15. The semiconductor device wherein the semiconductor memory device as defined in claim 1 is formed on a semiconductor substrate.
16. An electronic instrument comprising at least the semiconductor device as defined in claim 15.
Description
TECHNICAL FIELD

The present invention relates to a semiconductor memory device such as a DRAM (dynamic random access memory), a semiconductor device, and an electronic instrument using the semiconductor device, and more particularly to control of the potential of the cell plate of a memory cell transistor.

BACKGROUND ART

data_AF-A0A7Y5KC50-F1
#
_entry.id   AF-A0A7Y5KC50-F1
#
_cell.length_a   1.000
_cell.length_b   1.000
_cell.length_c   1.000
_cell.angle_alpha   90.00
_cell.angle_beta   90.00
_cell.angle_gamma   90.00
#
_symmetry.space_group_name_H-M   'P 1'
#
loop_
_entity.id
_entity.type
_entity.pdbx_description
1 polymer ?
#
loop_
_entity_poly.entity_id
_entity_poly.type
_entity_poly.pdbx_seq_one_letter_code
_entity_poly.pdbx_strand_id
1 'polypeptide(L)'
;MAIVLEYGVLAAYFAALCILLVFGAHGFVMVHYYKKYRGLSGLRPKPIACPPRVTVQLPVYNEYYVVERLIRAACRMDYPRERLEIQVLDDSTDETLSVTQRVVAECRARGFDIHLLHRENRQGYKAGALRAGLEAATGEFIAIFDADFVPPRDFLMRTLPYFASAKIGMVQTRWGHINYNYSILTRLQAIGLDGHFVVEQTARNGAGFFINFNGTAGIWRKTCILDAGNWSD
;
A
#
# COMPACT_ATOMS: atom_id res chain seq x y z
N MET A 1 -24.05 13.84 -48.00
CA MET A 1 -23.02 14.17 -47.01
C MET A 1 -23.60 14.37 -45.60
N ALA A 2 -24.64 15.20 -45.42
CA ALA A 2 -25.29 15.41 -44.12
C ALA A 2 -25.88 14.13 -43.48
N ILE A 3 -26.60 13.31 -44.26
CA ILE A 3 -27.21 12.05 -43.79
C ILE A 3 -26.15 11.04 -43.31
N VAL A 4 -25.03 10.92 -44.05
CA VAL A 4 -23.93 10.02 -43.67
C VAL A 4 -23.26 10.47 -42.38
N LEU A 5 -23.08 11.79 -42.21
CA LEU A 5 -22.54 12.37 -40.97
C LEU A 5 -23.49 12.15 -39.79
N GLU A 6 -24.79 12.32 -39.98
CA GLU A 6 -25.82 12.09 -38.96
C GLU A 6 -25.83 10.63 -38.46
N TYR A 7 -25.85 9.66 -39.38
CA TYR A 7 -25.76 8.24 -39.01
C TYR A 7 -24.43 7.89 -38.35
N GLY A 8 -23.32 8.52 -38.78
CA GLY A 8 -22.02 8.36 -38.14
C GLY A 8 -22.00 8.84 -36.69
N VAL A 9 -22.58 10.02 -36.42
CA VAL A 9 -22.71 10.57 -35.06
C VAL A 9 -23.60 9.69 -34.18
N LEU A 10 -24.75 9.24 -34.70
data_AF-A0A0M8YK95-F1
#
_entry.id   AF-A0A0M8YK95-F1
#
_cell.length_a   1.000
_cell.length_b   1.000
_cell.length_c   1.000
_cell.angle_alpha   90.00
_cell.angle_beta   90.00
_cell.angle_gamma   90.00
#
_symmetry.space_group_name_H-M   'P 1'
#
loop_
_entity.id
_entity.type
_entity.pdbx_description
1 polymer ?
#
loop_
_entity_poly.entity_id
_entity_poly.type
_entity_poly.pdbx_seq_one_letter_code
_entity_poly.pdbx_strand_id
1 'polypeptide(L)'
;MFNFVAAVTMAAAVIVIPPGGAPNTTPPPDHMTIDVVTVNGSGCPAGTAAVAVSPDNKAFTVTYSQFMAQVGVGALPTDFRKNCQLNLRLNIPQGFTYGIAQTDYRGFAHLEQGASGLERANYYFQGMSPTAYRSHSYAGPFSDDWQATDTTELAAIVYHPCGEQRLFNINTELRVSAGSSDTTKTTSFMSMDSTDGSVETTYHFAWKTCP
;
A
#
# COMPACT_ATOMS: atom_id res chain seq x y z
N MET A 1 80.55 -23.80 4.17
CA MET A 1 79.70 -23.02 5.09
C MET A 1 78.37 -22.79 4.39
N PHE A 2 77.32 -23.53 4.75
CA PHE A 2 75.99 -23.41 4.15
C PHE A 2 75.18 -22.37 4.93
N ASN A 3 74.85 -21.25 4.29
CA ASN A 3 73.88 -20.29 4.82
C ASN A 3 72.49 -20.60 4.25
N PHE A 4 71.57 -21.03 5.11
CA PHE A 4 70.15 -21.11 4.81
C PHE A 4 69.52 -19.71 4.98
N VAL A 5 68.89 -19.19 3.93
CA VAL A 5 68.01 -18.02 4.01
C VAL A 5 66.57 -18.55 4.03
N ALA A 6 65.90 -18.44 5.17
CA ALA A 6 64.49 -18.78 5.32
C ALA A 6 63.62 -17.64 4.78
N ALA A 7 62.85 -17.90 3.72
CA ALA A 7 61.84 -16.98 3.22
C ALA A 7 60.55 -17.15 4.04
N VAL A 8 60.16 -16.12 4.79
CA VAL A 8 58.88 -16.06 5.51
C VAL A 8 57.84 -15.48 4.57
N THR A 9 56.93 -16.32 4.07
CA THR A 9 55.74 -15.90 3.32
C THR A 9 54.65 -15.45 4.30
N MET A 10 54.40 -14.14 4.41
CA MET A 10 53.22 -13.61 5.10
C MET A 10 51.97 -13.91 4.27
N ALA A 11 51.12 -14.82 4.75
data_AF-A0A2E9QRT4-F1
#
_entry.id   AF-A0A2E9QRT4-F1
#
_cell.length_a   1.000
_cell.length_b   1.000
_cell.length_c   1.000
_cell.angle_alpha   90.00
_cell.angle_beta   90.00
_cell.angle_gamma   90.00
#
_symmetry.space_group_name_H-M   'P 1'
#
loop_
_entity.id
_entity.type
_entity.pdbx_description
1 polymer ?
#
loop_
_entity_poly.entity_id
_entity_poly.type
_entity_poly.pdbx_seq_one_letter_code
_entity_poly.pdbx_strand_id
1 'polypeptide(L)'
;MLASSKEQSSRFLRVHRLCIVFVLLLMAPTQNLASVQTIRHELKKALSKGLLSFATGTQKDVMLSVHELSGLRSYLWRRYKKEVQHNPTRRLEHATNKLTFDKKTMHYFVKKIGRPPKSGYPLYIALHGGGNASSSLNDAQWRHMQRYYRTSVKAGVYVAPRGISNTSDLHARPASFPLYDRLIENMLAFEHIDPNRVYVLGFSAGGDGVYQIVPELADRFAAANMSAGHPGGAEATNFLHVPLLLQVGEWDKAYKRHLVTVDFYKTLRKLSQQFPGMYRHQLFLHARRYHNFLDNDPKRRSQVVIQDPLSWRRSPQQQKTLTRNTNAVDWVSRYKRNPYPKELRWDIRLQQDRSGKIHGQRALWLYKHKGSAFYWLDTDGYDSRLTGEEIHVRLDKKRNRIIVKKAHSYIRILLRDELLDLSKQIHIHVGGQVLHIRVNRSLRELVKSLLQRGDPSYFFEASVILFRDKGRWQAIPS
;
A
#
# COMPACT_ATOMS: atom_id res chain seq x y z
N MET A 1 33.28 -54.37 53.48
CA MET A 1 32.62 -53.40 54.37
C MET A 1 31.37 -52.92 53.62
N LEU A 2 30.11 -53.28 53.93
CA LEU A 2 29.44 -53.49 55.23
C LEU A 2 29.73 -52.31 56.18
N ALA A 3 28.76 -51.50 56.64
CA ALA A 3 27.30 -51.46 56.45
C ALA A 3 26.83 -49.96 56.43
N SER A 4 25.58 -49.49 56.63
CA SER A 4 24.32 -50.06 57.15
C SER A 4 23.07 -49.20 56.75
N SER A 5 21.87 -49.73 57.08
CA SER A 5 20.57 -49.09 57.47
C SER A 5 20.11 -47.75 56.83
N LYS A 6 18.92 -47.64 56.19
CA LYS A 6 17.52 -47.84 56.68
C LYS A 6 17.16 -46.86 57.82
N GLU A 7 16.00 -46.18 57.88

FIG. 6 shows a memory cell array of a conventional DRAM. In FIG. 6, memory cells 1-4 are provided with N-type MOS transistors (hereinafter called “NMOS transistor”) 5, 8, 10, and 12 and data-storing capacitors 7, 9, 11, and 13, respectively. Bit lines 36 and 37 and word lines 38-41 are connected to the memory cells 1-4. A potential VCC/2 which is the half the power potential VCC is applied to a cell plate electrode 14. A sense amplifier circuit 21 comprises P-type MOS transistors (hereinafter called “PMOS transistor”) 22-24 and NMOS transistors 25-27. A precharge circuit 32 includes PMOS transistors 33-35. Data to be written in the memory cells 1-4 is input to a data-input circuit 30A, and the data read out from the memory cells 1-4 is amplified by the sense amplifier 21 to be output from a data-output circuit 30B.